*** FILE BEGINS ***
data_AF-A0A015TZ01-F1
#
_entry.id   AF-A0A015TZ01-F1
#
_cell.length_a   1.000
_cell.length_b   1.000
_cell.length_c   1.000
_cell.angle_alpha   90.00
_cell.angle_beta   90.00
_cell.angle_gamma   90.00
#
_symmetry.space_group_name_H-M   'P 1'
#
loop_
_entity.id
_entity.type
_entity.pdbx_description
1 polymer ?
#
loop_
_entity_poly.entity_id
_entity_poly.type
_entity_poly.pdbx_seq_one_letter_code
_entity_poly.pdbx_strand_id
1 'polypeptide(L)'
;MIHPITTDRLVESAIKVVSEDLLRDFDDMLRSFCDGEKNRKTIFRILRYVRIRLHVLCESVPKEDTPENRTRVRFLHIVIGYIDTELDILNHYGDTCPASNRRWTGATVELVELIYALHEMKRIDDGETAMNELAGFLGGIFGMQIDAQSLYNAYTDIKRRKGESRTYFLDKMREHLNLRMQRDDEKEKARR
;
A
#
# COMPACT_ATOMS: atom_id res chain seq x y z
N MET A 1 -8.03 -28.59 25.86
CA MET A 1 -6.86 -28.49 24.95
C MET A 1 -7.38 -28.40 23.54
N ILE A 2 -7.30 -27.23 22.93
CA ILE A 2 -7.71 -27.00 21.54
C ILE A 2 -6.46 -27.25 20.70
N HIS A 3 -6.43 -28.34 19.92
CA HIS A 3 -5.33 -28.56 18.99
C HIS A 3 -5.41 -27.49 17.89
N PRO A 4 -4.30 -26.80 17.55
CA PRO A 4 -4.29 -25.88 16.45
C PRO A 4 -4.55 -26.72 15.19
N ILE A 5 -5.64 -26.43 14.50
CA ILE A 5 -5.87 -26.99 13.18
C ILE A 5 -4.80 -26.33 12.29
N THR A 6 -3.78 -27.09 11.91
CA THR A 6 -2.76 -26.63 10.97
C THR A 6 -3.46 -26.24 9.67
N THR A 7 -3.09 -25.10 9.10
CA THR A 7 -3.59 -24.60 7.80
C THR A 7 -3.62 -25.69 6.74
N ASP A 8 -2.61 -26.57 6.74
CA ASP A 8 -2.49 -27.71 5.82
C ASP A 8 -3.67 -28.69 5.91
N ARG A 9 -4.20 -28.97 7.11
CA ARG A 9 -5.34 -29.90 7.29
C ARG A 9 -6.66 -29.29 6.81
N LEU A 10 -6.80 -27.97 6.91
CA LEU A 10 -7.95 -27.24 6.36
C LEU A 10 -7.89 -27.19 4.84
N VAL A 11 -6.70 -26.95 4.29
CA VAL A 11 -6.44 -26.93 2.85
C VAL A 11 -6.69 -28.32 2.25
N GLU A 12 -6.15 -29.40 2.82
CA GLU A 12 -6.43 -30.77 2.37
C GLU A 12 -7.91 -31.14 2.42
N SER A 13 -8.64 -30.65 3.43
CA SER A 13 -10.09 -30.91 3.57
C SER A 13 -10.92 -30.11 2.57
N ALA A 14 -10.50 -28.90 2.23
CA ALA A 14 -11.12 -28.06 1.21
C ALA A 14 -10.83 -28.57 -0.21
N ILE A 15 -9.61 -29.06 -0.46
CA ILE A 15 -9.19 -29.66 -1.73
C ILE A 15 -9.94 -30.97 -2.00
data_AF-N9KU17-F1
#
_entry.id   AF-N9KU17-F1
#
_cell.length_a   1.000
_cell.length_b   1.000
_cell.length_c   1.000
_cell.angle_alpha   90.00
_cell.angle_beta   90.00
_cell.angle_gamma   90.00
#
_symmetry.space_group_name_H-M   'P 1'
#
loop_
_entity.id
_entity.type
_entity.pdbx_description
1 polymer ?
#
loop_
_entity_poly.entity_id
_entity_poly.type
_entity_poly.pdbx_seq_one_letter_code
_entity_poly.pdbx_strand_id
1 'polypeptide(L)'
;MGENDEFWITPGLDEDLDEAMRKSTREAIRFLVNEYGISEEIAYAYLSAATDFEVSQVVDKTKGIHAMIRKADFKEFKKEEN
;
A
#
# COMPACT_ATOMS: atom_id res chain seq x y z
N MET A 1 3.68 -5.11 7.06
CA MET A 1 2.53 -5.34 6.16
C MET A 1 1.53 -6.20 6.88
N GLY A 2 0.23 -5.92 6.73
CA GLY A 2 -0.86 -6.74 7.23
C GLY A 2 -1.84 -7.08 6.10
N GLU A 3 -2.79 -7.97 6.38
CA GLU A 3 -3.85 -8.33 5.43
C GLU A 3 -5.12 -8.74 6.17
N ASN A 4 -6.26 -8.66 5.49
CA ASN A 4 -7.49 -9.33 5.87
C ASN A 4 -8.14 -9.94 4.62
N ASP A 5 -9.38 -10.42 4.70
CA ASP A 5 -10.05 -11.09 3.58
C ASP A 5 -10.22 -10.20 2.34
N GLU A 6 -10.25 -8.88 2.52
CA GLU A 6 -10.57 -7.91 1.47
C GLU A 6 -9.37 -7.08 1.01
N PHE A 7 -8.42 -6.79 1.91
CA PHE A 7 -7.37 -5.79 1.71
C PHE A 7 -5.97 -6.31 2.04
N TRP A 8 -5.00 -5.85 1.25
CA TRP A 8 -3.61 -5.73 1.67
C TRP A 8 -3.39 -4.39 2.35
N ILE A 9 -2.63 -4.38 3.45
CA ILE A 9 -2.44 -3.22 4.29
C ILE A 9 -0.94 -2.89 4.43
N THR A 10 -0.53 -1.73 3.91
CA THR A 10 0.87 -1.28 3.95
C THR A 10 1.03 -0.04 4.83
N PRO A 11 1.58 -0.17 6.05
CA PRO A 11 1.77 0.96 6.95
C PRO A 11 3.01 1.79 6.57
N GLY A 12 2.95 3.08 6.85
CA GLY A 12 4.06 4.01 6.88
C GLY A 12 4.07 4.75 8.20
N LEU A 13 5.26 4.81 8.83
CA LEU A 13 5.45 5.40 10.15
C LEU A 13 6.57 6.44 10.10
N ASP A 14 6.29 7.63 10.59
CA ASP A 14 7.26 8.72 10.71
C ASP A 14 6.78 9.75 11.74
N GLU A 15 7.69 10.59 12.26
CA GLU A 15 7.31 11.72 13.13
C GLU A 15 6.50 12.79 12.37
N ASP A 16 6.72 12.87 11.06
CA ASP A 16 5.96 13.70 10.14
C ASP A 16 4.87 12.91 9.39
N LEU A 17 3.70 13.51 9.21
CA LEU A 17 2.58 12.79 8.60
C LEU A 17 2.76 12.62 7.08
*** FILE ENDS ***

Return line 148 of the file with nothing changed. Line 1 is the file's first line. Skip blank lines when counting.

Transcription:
N GLU A 15 7.69 10.59 12.26